6.03 - Zoonotic diseases of cattle
This table list outlines diseases that infect cattle and can also infect people.
|Disease||How it spreads||Common signs in people|
|Leptospirosis||Urine contamination with skin or mucosal surface||Headache, chills, fever, muscle pain malaise, inflamed throat/pharynx|
|Q fever||Inhalation of aerosols and dust||Headache, chills, fever, muscle pain malaise, coughing, vomiting|
|Campylobacteriosis||Ingestion of contaminated food or water||Severe diarrhoea, pain, fever, headache, nausea|
|Milkers nodule||Handling teats of cows or mouths of calves||Initially dark papule that heals spontaneously|
|Brucellosis||From aborted foetus, faeces, raw flesh or bacteria in unpasteurised dairy products penetrates skin conjunctiva respiratory or gut Initially dark papule that heals spontaneously||One case in Victoria in 2001; undulant fever aches, pains|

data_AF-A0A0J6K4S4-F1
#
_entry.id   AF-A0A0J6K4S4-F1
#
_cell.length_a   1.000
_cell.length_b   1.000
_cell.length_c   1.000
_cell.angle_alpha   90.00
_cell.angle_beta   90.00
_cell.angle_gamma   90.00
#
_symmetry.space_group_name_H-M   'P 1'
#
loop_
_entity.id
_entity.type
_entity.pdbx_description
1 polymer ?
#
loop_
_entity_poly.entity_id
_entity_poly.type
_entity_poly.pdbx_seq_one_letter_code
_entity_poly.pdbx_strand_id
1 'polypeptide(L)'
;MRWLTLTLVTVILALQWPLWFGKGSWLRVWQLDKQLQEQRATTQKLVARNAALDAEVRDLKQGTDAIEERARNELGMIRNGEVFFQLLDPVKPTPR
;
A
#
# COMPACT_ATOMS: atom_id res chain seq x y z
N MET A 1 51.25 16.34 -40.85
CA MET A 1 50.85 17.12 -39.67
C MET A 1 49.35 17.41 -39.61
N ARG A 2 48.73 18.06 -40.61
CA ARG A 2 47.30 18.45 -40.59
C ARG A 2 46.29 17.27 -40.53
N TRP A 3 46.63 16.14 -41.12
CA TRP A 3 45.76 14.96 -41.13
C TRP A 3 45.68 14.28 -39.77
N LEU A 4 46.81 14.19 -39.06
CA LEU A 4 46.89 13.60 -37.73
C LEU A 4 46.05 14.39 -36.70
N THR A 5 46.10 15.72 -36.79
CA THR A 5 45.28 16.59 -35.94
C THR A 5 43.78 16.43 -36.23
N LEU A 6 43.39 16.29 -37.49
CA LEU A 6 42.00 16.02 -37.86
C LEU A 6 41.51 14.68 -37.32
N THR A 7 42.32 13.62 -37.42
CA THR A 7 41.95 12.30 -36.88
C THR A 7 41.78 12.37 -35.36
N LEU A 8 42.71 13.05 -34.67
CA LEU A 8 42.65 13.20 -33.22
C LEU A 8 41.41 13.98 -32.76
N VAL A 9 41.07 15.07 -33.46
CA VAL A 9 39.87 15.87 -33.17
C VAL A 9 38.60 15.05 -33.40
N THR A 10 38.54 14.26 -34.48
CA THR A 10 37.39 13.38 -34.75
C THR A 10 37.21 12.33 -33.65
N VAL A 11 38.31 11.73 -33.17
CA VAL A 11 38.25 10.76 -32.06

|Tuberculosis||Eradicated from Australia||Chronic cough, fever, weight loss|
|Cryptosporidiosis||Faeco–oral route||Mild watery diarrhoea|
|Yersiniosis||Faeco–oral route||Acute watery diarrhoea, fever, headache|
|Salmonella||Faeco–oral route||Acute watery/blood flecks diarrhoea, fever, headache|
|Listeriosis||Foodborne disease, especially chilled foods||Transient mild flu-like to acute eningoencephalitis with case fatality rate of 30%, foetal infection can lead to abortion|
|Ringworm||Direct contact with skin or from cattle handling equipment||Dry, reddened skin, hair loss, inflamed skin|
|Anthrax||Respiratory, ingestion or local through break in skin||Respiratory or gastrointestinal forms has a very high mortality rate as does local skin infection if left untreated|
Seek immediate medical advice with all diseases or suspected disease outbreaks.